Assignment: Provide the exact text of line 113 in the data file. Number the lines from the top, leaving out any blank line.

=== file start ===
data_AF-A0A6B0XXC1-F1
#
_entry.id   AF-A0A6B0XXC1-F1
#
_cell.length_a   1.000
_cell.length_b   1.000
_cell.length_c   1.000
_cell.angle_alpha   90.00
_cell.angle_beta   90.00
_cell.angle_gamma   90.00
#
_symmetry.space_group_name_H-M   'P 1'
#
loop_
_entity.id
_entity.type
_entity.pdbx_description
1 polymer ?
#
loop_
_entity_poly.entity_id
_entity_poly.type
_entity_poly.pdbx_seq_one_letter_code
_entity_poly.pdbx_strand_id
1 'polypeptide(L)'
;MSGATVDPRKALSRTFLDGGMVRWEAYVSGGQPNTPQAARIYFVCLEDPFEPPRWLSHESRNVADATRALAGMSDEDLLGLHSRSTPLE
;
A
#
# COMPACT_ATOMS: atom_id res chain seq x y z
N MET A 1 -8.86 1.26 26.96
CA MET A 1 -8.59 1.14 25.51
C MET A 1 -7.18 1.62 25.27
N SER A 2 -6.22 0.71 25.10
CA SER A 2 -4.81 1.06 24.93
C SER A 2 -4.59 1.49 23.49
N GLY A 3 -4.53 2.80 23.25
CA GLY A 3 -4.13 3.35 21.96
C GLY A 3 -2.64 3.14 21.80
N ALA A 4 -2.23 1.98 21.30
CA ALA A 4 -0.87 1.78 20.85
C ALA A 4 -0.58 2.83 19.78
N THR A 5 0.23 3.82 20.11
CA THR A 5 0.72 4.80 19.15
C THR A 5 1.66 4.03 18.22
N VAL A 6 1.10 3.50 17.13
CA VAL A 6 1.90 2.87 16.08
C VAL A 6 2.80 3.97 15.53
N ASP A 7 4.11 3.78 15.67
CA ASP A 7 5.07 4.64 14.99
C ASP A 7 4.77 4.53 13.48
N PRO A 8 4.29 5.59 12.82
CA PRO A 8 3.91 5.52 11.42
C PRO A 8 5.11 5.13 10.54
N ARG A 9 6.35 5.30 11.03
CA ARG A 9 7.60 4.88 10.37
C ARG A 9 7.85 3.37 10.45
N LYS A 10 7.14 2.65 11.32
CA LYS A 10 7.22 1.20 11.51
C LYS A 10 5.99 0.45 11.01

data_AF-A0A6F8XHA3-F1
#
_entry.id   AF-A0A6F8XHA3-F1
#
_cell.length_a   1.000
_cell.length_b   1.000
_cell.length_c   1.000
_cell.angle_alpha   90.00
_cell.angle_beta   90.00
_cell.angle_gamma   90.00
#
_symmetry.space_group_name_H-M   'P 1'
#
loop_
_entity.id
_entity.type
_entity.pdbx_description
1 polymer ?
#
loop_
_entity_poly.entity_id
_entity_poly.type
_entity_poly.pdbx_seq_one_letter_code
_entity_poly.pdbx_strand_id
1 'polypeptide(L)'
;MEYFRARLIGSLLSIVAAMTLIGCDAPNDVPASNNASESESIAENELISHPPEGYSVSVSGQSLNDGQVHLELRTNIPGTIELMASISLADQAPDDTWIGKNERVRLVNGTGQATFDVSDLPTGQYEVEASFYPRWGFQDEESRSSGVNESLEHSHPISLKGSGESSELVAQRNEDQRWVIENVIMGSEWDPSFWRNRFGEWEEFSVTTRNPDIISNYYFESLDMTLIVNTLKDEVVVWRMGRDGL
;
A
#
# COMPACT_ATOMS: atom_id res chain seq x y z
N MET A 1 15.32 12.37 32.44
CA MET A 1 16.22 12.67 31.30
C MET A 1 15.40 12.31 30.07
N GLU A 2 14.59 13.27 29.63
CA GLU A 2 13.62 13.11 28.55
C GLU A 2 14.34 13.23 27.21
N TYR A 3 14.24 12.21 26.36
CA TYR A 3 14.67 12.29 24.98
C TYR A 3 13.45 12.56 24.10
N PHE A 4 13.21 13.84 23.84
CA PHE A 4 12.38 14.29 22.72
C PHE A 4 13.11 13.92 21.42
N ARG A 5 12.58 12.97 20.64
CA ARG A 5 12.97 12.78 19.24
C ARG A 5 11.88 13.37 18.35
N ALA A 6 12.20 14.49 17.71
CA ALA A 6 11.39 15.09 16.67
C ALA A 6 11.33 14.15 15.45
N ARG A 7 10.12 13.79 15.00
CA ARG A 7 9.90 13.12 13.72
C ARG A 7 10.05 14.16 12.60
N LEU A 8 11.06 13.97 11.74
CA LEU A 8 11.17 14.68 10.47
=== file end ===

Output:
CA LEU A 8 11.17 14.68 10.47